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Image from page 287 of "The thrones and palaces of Babylon and Ninevah from sea to sea; a thousand miles on horseback .." (1876)

Image from page 287 of
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Identifier: thronespalacesof00newm
Title: The thrones and palaces of Babylon and Ninevah from sea to sea; a thousand miles on horseback ..
Year: 1876 (1870s)
Authors: Newman, John Philip, 1826-1899
Subjects: Babylonia -- Description and travel Iraq -- Description and travel
Publisher: New York, Harper & brothers
Contributing Library: Princeton Theological Seminary Library
Digitizing Sponsor: MSN

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of harmonious proportions; it isrichly ornamented with elegant robes and garlands offlowers. The hands are folded in repose, and the face iscalm, and expressive ofw^isdom. From the waistdown to the knees is alengthened inscription inthe cuneiform characters.But the surroundings ofthe deserted god weremelancholy in the ex-treme. The accumulatedearth of as-es had beenremoved, and Nebo stoodin a deep, dark hole, with-out a follower to do himreverence. Poor fellow,he had seen better days!From this desertedshrine, we crossed theintervening mounds andravines, on our return toSelamiyah; but, whenopposite the Castle ofNimroud, we were over-taken by a storm whichlasted four consecutivehours.^ ^ The lightning l,,J.;j,l|i|i^,,c^^ was vivid ; the thunder te&l:^i!^!i ^ was deep-toned; the rainwas gradual and incessant. We took shelter in oneof the subterranean trenches around the foundations ofthe castle, where we remained during two hours. Inaddition to our own party, a large company of Arabs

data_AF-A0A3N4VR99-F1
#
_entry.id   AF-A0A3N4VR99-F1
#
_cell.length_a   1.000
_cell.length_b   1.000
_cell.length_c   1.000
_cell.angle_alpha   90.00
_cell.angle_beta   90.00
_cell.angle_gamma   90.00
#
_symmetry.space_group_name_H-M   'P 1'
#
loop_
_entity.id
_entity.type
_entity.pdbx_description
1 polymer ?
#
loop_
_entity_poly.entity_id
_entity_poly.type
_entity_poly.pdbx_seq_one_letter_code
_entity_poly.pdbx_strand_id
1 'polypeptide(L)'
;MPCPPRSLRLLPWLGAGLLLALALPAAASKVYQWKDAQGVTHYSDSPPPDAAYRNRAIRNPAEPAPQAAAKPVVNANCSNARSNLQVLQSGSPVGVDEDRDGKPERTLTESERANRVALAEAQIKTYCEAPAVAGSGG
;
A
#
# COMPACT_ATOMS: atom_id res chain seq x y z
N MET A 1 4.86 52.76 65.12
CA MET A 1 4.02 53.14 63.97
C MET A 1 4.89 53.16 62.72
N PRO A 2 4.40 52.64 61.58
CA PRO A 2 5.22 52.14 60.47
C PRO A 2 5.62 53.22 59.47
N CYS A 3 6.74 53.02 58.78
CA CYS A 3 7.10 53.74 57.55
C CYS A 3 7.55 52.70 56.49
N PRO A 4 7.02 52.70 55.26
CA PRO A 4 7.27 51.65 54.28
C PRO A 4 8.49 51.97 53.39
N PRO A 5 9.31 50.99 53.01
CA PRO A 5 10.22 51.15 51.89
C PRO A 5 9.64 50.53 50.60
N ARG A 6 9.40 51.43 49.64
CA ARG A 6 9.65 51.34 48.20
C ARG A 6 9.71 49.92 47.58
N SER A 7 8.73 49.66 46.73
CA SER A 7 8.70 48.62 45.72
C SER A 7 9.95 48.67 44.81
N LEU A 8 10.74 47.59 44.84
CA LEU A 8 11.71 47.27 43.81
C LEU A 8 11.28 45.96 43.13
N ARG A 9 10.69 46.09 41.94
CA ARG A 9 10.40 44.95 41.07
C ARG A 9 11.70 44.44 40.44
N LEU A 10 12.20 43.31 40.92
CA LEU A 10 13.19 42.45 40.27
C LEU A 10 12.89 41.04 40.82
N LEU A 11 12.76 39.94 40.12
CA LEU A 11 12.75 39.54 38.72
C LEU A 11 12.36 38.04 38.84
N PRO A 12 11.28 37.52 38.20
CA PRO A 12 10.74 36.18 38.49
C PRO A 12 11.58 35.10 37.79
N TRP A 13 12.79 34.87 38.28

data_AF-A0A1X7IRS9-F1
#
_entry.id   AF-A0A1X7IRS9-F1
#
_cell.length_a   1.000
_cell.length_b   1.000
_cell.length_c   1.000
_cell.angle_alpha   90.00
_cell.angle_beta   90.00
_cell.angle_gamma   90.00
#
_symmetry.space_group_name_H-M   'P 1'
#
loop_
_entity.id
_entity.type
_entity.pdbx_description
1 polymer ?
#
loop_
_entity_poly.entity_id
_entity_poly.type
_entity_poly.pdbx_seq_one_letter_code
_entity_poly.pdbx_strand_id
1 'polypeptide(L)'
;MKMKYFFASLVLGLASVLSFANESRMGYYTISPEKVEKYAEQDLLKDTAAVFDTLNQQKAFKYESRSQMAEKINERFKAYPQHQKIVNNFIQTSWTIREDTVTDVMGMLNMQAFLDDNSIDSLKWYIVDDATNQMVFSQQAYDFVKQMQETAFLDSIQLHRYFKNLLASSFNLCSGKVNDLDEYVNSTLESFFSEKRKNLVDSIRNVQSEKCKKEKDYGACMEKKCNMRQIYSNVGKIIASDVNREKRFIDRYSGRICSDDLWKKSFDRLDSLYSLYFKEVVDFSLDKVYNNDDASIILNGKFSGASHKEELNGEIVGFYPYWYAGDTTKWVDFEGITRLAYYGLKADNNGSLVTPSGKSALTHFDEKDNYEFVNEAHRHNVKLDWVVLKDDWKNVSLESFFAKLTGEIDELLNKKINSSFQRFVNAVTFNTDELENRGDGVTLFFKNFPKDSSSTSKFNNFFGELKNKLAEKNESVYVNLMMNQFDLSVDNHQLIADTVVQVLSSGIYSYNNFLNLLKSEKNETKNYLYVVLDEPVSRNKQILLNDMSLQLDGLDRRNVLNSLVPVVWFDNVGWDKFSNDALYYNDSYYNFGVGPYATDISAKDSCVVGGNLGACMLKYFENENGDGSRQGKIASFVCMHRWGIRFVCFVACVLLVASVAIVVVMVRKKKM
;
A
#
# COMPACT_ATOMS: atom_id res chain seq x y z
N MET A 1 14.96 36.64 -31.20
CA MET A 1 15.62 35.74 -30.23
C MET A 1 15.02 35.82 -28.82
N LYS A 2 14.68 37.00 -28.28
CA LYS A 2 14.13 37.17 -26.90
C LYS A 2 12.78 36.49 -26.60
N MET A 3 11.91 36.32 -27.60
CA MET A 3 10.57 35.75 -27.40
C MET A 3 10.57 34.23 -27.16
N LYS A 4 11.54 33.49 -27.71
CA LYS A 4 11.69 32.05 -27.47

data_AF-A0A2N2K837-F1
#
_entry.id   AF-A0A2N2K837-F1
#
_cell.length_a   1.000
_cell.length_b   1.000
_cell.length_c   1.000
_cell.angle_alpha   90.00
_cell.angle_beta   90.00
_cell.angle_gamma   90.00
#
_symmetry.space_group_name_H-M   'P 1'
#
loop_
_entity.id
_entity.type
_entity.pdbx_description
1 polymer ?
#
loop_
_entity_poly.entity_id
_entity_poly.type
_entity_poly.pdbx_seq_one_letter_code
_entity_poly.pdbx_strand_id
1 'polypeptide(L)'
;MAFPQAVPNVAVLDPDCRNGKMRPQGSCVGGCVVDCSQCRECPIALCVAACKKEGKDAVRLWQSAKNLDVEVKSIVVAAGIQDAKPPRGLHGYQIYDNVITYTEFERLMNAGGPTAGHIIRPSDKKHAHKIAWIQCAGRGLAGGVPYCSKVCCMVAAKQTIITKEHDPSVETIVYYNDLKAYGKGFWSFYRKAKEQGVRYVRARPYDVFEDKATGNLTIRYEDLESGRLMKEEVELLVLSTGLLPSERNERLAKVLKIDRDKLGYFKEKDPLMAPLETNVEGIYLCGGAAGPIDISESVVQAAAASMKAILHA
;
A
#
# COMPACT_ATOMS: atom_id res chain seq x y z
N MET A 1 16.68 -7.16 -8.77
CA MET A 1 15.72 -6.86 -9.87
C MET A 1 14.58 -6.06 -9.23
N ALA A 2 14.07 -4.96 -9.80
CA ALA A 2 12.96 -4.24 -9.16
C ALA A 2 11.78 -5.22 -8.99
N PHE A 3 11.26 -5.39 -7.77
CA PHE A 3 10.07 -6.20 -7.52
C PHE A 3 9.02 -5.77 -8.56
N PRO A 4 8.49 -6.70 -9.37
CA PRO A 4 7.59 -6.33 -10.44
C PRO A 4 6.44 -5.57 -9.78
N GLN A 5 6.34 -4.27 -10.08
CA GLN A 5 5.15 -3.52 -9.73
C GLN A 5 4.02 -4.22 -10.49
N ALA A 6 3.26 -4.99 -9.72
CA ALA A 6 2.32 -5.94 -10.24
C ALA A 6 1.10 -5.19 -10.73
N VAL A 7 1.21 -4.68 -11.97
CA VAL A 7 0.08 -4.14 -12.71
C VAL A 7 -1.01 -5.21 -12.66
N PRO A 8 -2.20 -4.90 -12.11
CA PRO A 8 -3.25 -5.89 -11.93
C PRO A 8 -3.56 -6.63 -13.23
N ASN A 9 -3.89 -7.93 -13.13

Text Appearing After Image:
: r^ THE GOD NEBO. 284 THRONES AND PALACES OF were there, wlio had been attracted thither by the hopeof gain. Amoug the number was the sheikh of the tribewho Jiad aided Layard in his excavations. He invitedus to an entertainment in his encampment, distant halfan hours ride; but when he saw we hesitated to accept,he relieved our embarrassment by informing us that wecould formally accept his invitation, and, instead of go-ing, we could make him a present. This was Arab eti-quette. The proffered entertainment placed us underan obligation to reciprocate; and the formal acceptanceof the invitation demanded that we should go, or makehim a present. Feeling sure that he was more anxious forour money than for our company, we gave him five pias-tres, which were as the oil of gladness to his countenance.But the love of money was not peculiar to the sheikh.Six of his tribe now advanced, and claimed a revenue asthe guardians of Nimroud, and insisted that all who lookupon the ruins must pay for the

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Date: 2014-07-29 16:48:48
bookid:thronespalacesof00newm bookyear:1876 bookdecade:1870 bookcentury:1800 bookauthor:Newman__John_Philip__1826_1899 booksubject:Babylonia____Description_and_travel booksubject:Iraq____Description_and_travel bookpublisher:New_York__Harper___brothers bookcontributor:Princeton_Theological_Seminary_Library booksponsor:MSN bookleafnumber:287 bookcollection:Princeton bookcollection:americana

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